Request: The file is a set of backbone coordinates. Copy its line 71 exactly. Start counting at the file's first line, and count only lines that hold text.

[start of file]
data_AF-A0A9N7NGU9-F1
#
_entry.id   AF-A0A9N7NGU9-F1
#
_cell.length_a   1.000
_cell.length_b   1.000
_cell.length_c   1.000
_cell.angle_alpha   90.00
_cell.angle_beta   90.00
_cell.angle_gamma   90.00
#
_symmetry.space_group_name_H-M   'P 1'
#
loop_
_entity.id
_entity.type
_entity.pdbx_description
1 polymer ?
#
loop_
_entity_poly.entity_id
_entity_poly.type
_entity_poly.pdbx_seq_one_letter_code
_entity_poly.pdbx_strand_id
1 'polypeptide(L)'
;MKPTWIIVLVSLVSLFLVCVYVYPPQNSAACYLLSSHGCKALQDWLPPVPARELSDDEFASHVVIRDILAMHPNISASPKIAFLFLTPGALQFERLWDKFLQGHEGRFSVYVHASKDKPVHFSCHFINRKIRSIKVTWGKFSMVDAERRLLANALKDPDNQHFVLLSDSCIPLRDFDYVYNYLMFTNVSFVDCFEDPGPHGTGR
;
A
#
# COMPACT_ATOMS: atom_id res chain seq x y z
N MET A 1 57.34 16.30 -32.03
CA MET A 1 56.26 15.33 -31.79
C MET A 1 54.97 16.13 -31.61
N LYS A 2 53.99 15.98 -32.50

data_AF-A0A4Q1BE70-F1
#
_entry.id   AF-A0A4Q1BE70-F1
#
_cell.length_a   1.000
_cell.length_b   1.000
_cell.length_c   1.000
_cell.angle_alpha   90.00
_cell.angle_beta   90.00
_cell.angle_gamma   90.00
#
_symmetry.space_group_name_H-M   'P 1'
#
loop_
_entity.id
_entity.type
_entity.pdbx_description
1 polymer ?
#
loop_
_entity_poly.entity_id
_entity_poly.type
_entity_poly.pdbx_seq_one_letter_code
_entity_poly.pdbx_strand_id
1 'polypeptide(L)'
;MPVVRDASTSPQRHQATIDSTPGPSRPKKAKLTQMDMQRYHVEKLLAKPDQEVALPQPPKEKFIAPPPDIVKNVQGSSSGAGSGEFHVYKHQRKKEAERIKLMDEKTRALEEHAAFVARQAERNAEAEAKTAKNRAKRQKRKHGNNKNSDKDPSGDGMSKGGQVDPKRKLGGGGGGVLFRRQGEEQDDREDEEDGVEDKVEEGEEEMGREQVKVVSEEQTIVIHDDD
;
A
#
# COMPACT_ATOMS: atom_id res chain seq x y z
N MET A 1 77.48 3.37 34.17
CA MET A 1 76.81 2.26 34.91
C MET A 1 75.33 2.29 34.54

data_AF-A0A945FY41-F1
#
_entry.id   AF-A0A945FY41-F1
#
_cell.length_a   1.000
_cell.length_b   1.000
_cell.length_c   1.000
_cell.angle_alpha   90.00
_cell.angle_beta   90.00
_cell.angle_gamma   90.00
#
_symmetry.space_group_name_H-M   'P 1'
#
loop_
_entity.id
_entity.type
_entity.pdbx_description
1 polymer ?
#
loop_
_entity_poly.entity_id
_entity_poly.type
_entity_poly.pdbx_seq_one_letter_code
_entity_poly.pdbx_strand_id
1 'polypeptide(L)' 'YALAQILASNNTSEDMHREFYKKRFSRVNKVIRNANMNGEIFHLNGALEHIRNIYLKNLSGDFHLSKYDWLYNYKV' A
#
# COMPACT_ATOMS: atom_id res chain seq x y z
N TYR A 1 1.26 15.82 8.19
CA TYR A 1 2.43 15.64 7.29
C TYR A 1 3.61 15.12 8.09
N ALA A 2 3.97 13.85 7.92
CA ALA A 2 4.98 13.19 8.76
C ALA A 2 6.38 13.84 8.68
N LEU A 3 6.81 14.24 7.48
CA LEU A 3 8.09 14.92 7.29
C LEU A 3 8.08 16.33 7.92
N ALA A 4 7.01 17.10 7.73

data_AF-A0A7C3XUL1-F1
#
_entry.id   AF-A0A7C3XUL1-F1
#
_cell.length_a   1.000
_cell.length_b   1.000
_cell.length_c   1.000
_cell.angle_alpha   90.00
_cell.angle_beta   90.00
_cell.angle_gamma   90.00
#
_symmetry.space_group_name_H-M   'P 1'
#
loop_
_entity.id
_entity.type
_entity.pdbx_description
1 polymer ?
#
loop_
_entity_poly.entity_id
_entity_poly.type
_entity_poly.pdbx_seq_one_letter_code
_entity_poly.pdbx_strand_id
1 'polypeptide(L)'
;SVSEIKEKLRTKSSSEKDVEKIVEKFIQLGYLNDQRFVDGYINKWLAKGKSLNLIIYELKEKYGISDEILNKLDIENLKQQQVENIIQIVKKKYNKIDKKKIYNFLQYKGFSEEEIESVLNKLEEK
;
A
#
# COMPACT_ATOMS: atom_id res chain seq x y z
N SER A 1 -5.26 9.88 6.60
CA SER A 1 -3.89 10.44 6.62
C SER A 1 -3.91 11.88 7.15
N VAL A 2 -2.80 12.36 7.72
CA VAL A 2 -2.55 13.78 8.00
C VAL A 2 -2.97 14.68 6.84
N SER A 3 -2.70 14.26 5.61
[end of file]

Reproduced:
#